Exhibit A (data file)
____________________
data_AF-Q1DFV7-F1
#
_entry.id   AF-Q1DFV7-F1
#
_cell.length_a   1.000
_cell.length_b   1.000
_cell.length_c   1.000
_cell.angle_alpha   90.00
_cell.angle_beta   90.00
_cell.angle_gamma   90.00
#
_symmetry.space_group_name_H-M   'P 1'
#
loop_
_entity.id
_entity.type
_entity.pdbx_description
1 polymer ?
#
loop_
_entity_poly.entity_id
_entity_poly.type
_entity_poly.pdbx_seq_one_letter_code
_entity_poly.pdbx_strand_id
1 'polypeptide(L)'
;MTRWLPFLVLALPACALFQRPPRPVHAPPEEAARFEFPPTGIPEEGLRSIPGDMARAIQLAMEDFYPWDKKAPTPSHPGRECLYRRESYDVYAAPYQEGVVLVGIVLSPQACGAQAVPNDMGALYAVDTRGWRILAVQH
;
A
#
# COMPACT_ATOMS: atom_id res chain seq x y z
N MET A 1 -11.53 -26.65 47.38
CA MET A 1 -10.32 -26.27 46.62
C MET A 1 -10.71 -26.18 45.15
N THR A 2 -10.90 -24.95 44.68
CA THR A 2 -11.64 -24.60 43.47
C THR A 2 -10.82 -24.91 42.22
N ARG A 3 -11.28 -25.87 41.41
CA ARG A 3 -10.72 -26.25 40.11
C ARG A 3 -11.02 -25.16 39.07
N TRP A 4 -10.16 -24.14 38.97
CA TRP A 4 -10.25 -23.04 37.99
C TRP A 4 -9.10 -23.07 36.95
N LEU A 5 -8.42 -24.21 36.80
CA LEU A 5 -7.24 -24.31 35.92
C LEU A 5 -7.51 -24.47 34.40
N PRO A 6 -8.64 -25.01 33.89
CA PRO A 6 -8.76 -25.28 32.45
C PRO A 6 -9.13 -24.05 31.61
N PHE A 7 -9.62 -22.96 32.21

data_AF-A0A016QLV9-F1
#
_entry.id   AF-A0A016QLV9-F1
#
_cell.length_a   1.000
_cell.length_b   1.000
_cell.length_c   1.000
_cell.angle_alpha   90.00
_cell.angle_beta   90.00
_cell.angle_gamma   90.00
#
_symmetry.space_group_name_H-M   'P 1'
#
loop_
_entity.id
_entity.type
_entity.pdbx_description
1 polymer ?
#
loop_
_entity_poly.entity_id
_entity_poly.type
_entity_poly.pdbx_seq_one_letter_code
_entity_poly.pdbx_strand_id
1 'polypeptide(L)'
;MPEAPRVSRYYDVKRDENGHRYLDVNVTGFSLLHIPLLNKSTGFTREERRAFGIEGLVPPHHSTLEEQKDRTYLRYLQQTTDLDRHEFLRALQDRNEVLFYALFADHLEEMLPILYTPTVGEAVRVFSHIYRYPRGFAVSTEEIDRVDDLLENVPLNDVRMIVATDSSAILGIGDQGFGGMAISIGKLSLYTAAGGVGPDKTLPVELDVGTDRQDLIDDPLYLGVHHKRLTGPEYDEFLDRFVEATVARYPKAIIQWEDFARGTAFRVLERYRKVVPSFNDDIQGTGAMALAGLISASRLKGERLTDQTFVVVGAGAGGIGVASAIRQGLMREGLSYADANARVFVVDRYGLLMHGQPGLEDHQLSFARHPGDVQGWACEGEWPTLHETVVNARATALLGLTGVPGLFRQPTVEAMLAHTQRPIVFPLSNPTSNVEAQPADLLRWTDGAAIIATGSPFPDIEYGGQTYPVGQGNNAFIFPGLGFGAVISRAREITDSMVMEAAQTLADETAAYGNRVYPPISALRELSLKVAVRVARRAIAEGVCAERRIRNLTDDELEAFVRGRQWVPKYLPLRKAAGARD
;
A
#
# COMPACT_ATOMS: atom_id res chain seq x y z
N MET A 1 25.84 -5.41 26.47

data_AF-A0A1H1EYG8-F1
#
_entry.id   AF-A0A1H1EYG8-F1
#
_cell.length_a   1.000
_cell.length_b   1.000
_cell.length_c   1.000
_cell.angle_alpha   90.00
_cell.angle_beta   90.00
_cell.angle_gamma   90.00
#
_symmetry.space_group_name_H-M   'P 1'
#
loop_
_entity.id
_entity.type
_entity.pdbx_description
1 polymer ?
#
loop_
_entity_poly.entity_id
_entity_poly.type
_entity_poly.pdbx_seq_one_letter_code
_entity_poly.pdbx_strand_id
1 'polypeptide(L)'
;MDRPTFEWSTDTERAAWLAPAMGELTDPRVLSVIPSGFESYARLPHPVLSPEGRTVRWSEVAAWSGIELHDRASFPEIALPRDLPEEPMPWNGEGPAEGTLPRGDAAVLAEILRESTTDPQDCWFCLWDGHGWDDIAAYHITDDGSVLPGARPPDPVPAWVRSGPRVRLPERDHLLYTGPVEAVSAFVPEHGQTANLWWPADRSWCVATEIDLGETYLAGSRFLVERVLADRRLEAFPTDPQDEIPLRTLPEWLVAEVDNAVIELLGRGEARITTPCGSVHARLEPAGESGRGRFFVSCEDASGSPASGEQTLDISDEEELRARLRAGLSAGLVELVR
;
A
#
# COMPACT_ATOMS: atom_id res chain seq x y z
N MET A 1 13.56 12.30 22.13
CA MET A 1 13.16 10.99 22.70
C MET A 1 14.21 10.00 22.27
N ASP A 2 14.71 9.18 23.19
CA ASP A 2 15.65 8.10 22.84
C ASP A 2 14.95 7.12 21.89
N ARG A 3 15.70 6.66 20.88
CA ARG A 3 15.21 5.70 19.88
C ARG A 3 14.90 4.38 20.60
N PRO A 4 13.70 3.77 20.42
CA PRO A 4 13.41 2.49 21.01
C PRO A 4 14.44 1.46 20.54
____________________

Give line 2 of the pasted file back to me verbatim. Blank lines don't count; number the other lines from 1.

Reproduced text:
#